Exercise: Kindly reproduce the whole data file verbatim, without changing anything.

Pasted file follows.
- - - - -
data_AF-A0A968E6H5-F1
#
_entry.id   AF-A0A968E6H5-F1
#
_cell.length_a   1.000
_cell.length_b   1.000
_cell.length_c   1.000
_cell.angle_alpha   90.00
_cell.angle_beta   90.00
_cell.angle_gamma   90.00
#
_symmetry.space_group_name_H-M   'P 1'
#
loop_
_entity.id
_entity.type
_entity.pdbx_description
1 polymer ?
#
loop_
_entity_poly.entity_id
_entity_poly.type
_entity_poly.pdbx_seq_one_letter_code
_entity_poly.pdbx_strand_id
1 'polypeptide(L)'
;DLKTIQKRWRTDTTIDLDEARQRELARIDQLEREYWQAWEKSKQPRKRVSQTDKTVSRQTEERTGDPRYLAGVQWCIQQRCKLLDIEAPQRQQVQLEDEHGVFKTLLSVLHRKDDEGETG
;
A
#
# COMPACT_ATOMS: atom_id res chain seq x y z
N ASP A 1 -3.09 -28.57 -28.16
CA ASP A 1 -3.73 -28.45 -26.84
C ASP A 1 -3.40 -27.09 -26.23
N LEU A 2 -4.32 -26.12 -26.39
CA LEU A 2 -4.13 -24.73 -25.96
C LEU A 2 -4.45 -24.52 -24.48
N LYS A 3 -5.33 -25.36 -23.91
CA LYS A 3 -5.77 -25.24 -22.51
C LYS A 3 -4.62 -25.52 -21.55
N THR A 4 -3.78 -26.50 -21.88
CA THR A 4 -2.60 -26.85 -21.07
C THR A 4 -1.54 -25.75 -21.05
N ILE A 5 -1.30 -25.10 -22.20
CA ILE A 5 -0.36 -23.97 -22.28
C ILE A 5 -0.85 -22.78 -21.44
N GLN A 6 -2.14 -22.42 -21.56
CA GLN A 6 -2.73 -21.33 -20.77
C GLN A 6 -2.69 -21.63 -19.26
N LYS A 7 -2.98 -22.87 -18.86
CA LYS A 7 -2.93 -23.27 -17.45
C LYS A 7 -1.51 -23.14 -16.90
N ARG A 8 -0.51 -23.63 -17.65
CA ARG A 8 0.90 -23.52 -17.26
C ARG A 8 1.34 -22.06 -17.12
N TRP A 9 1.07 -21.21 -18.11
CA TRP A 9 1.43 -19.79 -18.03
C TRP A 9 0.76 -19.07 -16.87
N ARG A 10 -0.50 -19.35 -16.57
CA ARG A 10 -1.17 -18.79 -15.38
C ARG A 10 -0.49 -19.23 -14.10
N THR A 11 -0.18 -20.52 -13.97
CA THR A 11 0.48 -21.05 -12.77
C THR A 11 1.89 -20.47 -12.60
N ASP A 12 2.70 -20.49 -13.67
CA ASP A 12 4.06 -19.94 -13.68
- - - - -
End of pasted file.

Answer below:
data_AF-A0A968E6H5-F1
#
_entry.id   AF-A0A968E6H5-F1
#
_cell.length_a   1.000
_cell.length_b   1.000
_cell.length_c   1.000
_cell.angle_alpha   90.00
_cell.angle_beta   90.00
_cell.angle_gamma   90.00
#
_symmetry.space_group_name_H-M   'P 1'
#
loop_
_entity.id
_entity.type
_entity.pdbx_description
1 polymer ?
#
loop_
_entity_poly.entity_id
_entity_poly.type
_entity_poly.pdbx_seq_one_letter_code
_entity_poly.pdbx_strand_id
1 'polypeptide(L)'
;DLKTIQKRWRTDTTIDLDEARQRELARIDQLEREYWQAWEKSKQPRKRVSQTDKTVSRQTEERTGDPRYLAGVQWCIQQRCKLLDIEAPQRQQVQLEDEHGVFKTLLSVLHRKDDEGETG
;
A
#
# COMPACT_ATOMS: atom_id res chain seq x y z
N ASP A 1 -3.09 -28.57 -28.16
CA ASP A 1 -3.73 -28.45 -26.84
C ASP A 1 -3.40 -27.09 -26.23
N LEU A 2 -4.32 -26.12 -26.39
CA LEU A 2 -4.13 -24.73 -25.96
C LEU A 2 -4.45 -24.52 -24.48
N LYS A 3 -5.33 -25.36 -23.91
CA LYS A 3 -5.77 -25.24 -22.51
C LYS A 3 -4.62 -25.52 -21.55
N THR A 4 -3.78 -26.50 -21.88
CA THR A 4 -2.60 -26.85 -21.07
C THR A 4 -1.54 -25.75 -21.05
N ILE A 5 -1.30 -25.10 -22.20
CA ILE A 5 -0.36 -23.97 -22.28
C ILE A 5 -0.85 -22.78 -21.44
N GLN A 6 -2.14 -22.42 -21.56
CA GLN A 6 -2.73 -21.33 -20.77
C GLN A 6 -2.69 -21.63 -19.26
N LYS A 7 -2.98 -22.87 -18.86
CA LYS A 7 -2.93 -23.27 -17.45
C LYS A 7 -1.51 -23.14 -16.90
N ARG A 8 -0.51 -23.63 -17.65
CA ARG A 8 0.90 -23.52 -17.26
C ARG A 8 1.34 -22.06 -17.12
N TRP A 9 1.07 -21.21 -18.11
CA TRP A 9 1.43 -19.79 -18.03
C TRP A 9 0.76 -19.07 -16.87
N ARG A 10 -0.50 -19.35 -16.57
CA ARG A 10 -1.17 -18.79 -15.38
C ARG A 10 -0.49 -19.23 -14.10
N THR A 11 -0.18 -20.52 -13.97
CA THR A 11 0.48 -21.05 -12.77
C THR A 11 1.89 -20.47 -12.60
N ASP A 12 2.70 -20.49 -13.67
CA ASP A 12 4.06 -19.94 -13.68